Today, Santa Clara Pueblo is home to as many as 2,600 people and they comprise probably the largest per capita number of artists of any North American tribe (estimates of the number of potters run as high as 1-in-4 residents).
Today's pottery from Santa Clara is typically either black or red. It is usually highly polished and designs might be deeply carved or etched ("sgraffito") into the pot's surface. The water serpent, ("avanyu"), is a traditional design motif of Santa Clara pottery. Another motif comes from the legend that a bear helped the people find water during a drought. The bear paw has appeared on their pottery ever since.
One of the reasons for the distinction this pueblo has received is because of the evolving artistry the potters have brought to the craft. Not only did this pueblo produce excellent black and redware, several notable innovations helped move pottery from the realm of utilitarian vessels into the domain of art. Different styles of polychrome redware emerged in the 1920's-1930's. In the early 1960's experiments with stone inlay, incising and double firing began. Modern potters have also extended the tradition with unusual shapes, slips and designs, illustrating what one Santa Clara potter said: "At Santa Clara, being non-traditional is the tradition." (This refers strictly to artistic expression; the method of creating pottery remains traditional).
Santa Clara Pueblo is home to a number of famous pottery families: Tafoya, Baca, Gutierrez, Naranjo, Suazo, Chavarria, Garcia, Vigil, Tapia - to name a few.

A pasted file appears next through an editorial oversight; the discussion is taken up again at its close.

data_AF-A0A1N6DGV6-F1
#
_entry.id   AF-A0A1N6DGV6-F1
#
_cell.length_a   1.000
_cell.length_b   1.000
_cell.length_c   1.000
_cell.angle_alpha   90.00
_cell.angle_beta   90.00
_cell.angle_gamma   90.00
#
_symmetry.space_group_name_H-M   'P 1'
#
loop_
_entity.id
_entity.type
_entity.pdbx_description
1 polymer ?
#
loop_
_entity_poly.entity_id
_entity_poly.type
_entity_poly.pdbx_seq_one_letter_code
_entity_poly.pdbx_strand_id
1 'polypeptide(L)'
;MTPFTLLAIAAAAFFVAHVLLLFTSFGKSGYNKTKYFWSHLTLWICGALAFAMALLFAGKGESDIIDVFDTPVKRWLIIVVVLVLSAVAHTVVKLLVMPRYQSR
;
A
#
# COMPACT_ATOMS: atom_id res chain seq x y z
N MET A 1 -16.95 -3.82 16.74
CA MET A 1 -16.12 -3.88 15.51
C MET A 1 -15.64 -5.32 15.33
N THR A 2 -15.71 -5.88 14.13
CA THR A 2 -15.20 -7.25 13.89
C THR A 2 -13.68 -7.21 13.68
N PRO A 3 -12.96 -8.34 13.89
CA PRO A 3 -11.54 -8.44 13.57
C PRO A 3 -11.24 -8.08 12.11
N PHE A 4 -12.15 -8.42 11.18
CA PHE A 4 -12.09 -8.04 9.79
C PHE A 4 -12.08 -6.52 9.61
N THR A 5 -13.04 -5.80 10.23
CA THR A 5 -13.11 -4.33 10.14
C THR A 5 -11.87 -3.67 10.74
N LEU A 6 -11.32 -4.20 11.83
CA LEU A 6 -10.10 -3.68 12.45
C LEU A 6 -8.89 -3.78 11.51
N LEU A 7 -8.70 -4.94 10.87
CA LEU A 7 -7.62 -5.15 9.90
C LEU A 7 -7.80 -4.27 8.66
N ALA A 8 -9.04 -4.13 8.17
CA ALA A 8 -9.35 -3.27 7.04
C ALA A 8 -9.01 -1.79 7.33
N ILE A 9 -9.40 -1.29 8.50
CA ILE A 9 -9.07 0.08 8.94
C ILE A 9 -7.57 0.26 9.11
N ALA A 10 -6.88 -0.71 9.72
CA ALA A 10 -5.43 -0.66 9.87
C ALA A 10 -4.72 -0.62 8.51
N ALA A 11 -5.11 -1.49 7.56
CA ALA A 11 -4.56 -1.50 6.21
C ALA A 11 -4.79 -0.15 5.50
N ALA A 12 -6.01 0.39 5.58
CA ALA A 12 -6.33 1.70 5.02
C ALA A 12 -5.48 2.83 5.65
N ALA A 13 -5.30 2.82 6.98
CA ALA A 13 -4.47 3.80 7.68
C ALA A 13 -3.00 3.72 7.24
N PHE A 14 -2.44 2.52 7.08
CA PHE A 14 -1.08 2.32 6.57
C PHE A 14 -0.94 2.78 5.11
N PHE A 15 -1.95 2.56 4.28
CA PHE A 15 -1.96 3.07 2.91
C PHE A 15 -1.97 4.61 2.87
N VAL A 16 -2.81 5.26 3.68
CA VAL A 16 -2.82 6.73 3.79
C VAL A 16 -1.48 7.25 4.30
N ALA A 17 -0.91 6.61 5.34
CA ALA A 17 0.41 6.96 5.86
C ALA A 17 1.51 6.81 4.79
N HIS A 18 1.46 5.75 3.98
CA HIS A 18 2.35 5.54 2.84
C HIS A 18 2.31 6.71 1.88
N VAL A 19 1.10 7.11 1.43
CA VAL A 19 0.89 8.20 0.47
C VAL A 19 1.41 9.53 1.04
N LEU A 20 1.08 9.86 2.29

For more info: Santa Clara Pueblo at Wikipedia Pueblos of the Rio Grande, Daniel Gibson, ISBN-13:978-1-887896-26-9, Rio Nuevo Publishers, 2001
Upper photo courtesy of Einar Kvaran, Creative Commons Attribution-Share Alike 3.0 Unported License
Christina Naranjo Family Tree
Disclaimer: This "family tree" is a best effort on our part to determine who the potters are in this family and arrange them in a generational order. The general information available is questionable so we have tried to show each of these diagrams to living members of each family to get their input and approval, too. This diagram is subject to change should we get better info.
Christina Naranjo (1891-1980) & Jose Victor Naranjo (1895-1942)
Mary Cain (1916-2010) & Willie Cain
Billy Cain (1950-2005)
Joy Cain (1947-)
Linda Cain (1949-)
Autumn Borts (1967-)
Tammy Garcia (1969-)
Tina Diaz (1946-)
Warren Cain (1951-)
Marjorie Tafoya Tanin
Mary Louise Eckleberry (1921-2003)
Victor (1958-) & Naomi Eckleberry
Teresita Naranjo (1919-1999)
Mildred Moore (Naranjo, 1941-) & Victor Naranjo
Stella Chavarria (1939-)
Denise Chavarria (1959-)
Joey Chavarria (1964-1987)
Sunday Chavarria (1963-)
Cecilia Naranjo & James Lee McLean
Sharon Naranjo Garcia (1951-) & Lawrence Atencio (San Juan)